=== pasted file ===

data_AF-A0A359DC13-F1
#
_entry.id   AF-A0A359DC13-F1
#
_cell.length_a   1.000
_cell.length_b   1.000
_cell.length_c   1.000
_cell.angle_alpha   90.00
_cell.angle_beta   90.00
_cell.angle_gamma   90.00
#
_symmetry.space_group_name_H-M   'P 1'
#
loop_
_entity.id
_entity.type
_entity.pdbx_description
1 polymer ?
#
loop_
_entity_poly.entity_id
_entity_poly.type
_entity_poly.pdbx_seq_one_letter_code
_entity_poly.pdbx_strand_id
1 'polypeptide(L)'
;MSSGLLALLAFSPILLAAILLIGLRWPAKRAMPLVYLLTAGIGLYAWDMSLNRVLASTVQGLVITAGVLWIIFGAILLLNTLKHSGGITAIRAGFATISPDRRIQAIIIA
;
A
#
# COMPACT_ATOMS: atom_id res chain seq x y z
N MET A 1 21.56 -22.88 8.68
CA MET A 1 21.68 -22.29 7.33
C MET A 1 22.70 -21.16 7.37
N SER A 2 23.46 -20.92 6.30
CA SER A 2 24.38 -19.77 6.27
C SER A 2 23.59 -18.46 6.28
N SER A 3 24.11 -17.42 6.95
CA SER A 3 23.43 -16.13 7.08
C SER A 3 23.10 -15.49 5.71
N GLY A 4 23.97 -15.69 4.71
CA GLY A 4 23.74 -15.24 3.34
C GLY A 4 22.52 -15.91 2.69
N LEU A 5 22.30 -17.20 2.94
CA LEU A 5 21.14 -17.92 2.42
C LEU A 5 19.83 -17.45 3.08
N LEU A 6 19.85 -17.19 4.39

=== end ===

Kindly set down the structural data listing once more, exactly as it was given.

data_AF-A0A359DC13-F1
#
_entry.id   AF-A0A359DC13-F1
#
_cell.length_a   1.000
_cell.length_b   1.000
_cell.length_c   1.000
_cell.angle_alpha   90.00
_cell.angle_beta   90.00
_cell.angle_gamma   90.00
#
_symmetry.space_group_name_H-M   'P 1'
#
loop_
_entity.id
_entity.type
_entity.pdbx_description
1 polymer ?
#
loop_
_entity_poly.entity_id
_entity_poly.type
_entity_poly.pdbx_seq_one_letter_code
_entity_poly.pdbx_strand_id
1 'polypeptide(L)'
;MSSGLLALLAFSPILLAAILLIGLRWPAKRAMPLVYLLTAGIGLYAWDMSLNRVLASTVQGLVITAGVLWIIFGAILLLNTLKHSGGITAIRAGFATISPDRRIQAIIIA
;
A
#
# COMPACT_ATOMS: atom_id res chain seq x y z
N MET A 1 21.56 -22.88 8.68
CA MET A 1 21.68 -22.29 7.33
C MET A 1 22.70 -21.16 7.37
N SER A 2 23.46 -20.92 6.30
CA SER A 2 24.38 -19.77 6.27
C SER A 2 23.59 -18.46 6.28
N SER A 3 24.11 -17.42 6.95
CA SER A 3 23.43 -16.13 7.08
C SER A 3 23.10 -15.49 5.71
N GLY A 4 23.97 -15.69 4.71
CA GLY A 4 23.74 -15.24 3.34
C GLY A 4 22.52 -15.91 2.69
N LEU A 5 22.30 -17.20 2.94
CA LEU A 5 21.14 -17.92 2.42
C LEU A 5 19.83 -17.45 3.08
N LEU A 6 19.85 -17.19 4.39